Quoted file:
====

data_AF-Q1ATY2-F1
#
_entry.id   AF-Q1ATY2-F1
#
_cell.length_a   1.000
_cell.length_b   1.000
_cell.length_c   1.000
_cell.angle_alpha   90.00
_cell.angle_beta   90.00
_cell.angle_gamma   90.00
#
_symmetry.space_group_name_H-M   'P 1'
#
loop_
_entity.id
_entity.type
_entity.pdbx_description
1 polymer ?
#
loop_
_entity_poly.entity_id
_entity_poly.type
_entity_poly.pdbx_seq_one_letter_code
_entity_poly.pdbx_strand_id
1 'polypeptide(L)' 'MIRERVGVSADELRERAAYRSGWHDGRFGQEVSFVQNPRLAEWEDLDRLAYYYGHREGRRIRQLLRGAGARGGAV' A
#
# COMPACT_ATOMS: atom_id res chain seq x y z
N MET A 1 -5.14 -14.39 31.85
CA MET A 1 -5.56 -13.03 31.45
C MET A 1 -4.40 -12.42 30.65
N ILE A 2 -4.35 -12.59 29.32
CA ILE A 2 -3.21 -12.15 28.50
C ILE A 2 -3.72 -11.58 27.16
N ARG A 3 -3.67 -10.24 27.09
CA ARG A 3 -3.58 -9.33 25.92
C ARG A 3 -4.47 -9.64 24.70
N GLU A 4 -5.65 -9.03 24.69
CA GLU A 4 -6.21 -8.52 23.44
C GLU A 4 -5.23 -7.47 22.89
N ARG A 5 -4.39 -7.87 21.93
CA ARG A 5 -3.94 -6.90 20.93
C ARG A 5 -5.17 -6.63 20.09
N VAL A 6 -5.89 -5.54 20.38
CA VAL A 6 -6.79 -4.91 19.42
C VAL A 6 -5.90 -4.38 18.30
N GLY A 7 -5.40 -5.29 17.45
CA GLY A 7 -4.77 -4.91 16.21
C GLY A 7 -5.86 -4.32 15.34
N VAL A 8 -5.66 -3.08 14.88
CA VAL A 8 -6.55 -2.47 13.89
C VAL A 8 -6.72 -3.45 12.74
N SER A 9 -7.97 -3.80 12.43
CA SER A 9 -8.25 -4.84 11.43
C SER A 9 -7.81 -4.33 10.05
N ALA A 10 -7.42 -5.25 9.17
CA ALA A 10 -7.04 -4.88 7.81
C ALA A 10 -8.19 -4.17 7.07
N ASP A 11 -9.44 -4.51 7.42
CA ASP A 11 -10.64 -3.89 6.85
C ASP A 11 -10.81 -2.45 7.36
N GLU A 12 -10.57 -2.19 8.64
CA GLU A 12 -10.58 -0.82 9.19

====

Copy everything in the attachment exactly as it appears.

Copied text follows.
data_AF-Q1ATY2-F1
#
_entry.id   AF-Q1ATY2-F1
#
_cell.length_a   1.000
_cell.length_b   1.000
_cell.length_c   1.000
_cell.angle_alpha   90.00
_cell.angle_beta   90.00
_cell.angle_gamma   90.00
#
_symmetry.space_group_name_H-M   'P 1'
#
loop_
_entity.id
_entity.type
_entity.pdbx_description
1 polymer ?
#
loop_
_entity_poly.entity_id
_entity_poly.type
_entity_poly.pdbx_seq_one_letter_code
_entity_poly.pdbx_strand_id
1 'polypeptide(L)' 'MIRERVGVSADELRERAAYRSGWHDGRFGQEVSFVQNPRLAEWEDLDRLAYYYGHREGRRIRQLLRGAGARGGAV' A
#
# COMPACT_ATOMS: atom_id res chain seq x y z
N MET A 1 -5.14 -14.39 31.85
CA MET A 1 -5.56 -13.03 31.45
C MET A 1 -4.40 -12.42 30.65
N ILE A 2 -4.35 -12.59 29.32
CA ILE A 2 -3.21 -12.15 28.50
C ILE A 2 -3.72 -11.58 27.16
N ARG A 3 -3.67 -10.24 27.09
CA ARG A 3 -3.58 -9.33 25.92
C ARG A 3 -4.47 -9.64 24.70
N GLU A 4 -5.65 -9.03 24.69
CA GLU A 4 -6.21 -8.52 23.44
C GLU A 4 -5.23 -7.47 22.89
N ARG A 5 -4.39 -7.87 21.93
CA ARG A 5 -3.94 -6.90 20.93
C ARG A 5 -5.17 -6.63 20.09
N VAL A 6 -5.89 -5.54 20.38
CA VAL A 6 -6.79 -4.91 19.42
C VAL A 6 -5.90 -4.38 18.30
N GLY A 7 -5.40 -5.29 17.45
CA GLY A 7 -4.77 -4.91 16.21
C GLY A 7 -5.86 -4.32 15.34
N VAL A 8 -5.66 -3.08 14.88
CA VAL A 8 -6.55 -2.47 13.89
C VAL A 8 -6.72 -3.45 12.74
N SER A 9 -7.97 -3.80 12.43
CA SER A 9 -8.25 -4.84 11.43
C SER A 9 -7.81 -4.33 10.05
N ALA A 10 -7.42 -5.25 9.17
CA ALA A 10 -7.04 -4.88 7.81
C ALA A 10 -8.19 -4.17 7.07
N ASP A 11 -9.44 -4.51 7.42
CA ASP A 11 -10.64 -3.89 6.85
C ASP A 11 -10.81 -2.45 7.36
N GLU A 12 -10.57 -2.19 8.64
CA GLU A 12 -10.58 -0.82 9.19